The only part that is laughable in the earlier mentioned PDF is the following statement “The Russian Government estimates that 14,000 women were killed by their partners or relatives in 1999, yet the country still has no law specifically addressing domestic violence“, the ‘comical‘ side there is that the UK did not have a serious option until the ‘Domestic Violence, Crime and Victims Act 2004, I am not ignoring the ‘Family Law Act 1996’, yet the issue remains if we see the data (at http://www.womensaid.org.uk/domestic_violence_topic.asp?section=0001000100220041) that apparently the UK faces 1 call on domestic violence every minute. So, it is not just a Russian issue, the more data I see, the more that part should be stated as a global problem, with the Russian terminal numbers being a mere outlier in this entire debacle.

If we accept that not all women call for help, then there is a massive problem and governments all over the Commonwealth will need to make some clear, visible and drastic changes. When we start seeing newscasts on how immigrants have been evicted because of violence against women, how long until the local male population starts to realise that their number is up too?

This view is only amplified after seeing this article (at http://www.theguardian.com/society/2014/jun/08/police-fear-rise-domestic-violence-world-cup), is this for real? I wonder if a name and shame option would work. You know, we take his picture and place poster sized pictures close to ‘his’ watering holes. I wonder how happy such a person would feel in the local pub when they all knew what he was (apart from being an absolute wanker).

In several regards Theresa May was correct, the ECHR is a problem, but she was in my humble opinion incorrect to think that this issue was just in the UK, the Netherlands has numbers that indicate that violence against women is a lot higher there, or is it? Research seemed to indicate that Dutch women are more likely to report these crimes with the police, which makes the violence against women in the UK a lot higher than expected (at http://www.rtlnieuws.nl/nieuws/binnenland/geweld-tegen-vrouwen-nederland-een-stuk-hoger-dan-eu). Is that last part true? Without better data I cannot tell, but the chance that 4 out of 10 women are under direct threat of violence sickens me to my stomach, which makes the ECHR a larger joke then we are willing to admit to.

I think altering (best), or rejecting it (not that great an option) could be the next step, however, not doing anything should no longer be any option, not in the UK and not anywhere in the EEC, or anywhere else for that matter. Should we go after immigrants first? That is of course a valid question too. I think it is, as stated before, when these transgressors realise that crime gets you deported, a clear signal is given and not just in the UK either. I believe that once these events start, the signal is given all over Europe that a person is welcome as long as they abide by the law. There is of course the question where to add the bite we need. If too much is added to the ECHR, the bigger the chance that we create loopholes because of it and that makes any act or law bill toothless. The strongest bite is found in simplicity (as I see it). In that regard I would like to add something to Article 3 of the ECHR, changing it into:

ARTICLE 3, Prohibition of torture
1. No one shall be subjected to torture or to inhuman or degrading treatment or punishment.
2. Domestic violence will be regarded as inhuman and degrading treatment of a person and is as such subject to local criminal law.

So, now that Domestic Violence is set on the same scope as torture. How soon until the local population realises that the ‘game’ is up and this kind of violence will get them into jail, out of house and home, an automatic granted divorce to the victim with all rights given to the victim, hence the victim gets the house, the children and what else and those who regarded domestic violence as an option would get the short end of every stick. I am willing to bet that the face of domestic violence is changed within a year after the courts start handing out these verdicts.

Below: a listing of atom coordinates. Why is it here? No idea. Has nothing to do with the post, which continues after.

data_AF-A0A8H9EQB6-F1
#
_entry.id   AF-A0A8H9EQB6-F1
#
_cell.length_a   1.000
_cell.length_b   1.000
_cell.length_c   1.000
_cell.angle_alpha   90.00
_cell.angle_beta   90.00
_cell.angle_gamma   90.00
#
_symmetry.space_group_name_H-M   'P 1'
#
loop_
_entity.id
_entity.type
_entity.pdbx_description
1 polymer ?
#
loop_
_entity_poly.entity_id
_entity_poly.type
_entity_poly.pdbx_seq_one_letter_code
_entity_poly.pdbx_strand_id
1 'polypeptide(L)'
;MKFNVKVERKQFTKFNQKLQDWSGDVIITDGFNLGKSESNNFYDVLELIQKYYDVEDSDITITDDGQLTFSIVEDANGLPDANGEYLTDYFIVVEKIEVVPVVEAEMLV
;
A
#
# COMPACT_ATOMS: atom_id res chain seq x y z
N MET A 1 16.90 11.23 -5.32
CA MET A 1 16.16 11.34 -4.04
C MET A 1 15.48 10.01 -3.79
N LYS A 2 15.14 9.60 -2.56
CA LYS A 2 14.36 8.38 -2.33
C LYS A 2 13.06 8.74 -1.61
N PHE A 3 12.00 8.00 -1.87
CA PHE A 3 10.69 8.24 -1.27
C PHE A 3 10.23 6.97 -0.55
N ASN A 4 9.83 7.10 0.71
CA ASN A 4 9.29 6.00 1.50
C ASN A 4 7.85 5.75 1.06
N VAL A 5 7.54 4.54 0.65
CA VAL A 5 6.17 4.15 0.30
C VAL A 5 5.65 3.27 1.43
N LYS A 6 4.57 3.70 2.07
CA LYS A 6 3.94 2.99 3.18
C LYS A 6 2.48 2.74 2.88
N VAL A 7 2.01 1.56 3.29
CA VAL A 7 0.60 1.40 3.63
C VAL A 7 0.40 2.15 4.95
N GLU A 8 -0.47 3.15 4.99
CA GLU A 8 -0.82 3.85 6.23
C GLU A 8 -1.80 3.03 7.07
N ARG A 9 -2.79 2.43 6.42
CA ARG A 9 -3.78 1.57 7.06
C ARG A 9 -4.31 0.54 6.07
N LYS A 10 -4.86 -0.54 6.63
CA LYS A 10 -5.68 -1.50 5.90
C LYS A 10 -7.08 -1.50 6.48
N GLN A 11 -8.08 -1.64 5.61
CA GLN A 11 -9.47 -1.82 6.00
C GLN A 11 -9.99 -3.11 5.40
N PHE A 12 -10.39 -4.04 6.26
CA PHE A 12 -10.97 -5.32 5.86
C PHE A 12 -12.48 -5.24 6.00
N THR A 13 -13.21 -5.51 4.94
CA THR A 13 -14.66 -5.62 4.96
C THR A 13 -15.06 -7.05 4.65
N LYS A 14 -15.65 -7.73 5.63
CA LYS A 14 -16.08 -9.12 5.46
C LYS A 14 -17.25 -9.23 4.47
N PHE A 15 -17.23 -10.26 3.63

It would be nice to see such a change in mentality and I will (again) humbly accept my knighthood and cottage (especially as I concocted a solution after breakfast and before lunch).

I do agree that the solution is not that simple, but giving these victims additional protection with real teeth is likely a much better approach then has been attempted this far. Knowing that the other approach has not worked, is it not time to start opting for a more direct approach?

 

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View to the North

It is again the guardian that calls my attention to events happening (at http://www.theguardian.com/politics/2014/jun/22/independent-scotland-startup-costs-200million). It is important to know that I have nothing against Scotland becoming independent. I think that the timing is not great as we are in a massive economic downturn, but the Scots will correctly ask when would be the right moment? Anyway, as this independence is becoming more and more of a reality, we all need to look at what happens after.

The Scots have a few advantages. As the Scots seem to be members of a conservative party with its motto “Let’s not trust a computer farther then we can throw it“, we are set with the positive part that not trusting computers is not at all bad (Yes, as an IT person I am stating this). The downside is that the average Scot can throw a log really far, so tossing a computer might not be such a challenge after all. The issue is in the headline of the article. “Independent Scotland’s start-up costs ‘could be as little as £200m’” and “Leading academic says that could cover duplicating core Westminster functions, but millions would be needed to build necessary IT systems“. I have an issue here. There is an underestimation of requirements here. Yes, overall the costs might seem low, but when Scotland realises that the costs go beyond initial costs and they get to deal with infrastructures, at this point the costs will not be contained that easily.

Why do I care?

Caring is not the best word here. I think that in this case it is more that I like to see goals succeed, even if I do not completely agree with them. Only a real loser is trying to do what they can to make others fail, making others fail is fair when you are at war and we are not at war with the Scots, or with Scotland. The fact that about 3-4 generations ago, my family was from Perthshire (as far as I could tell) does not work in either direction either.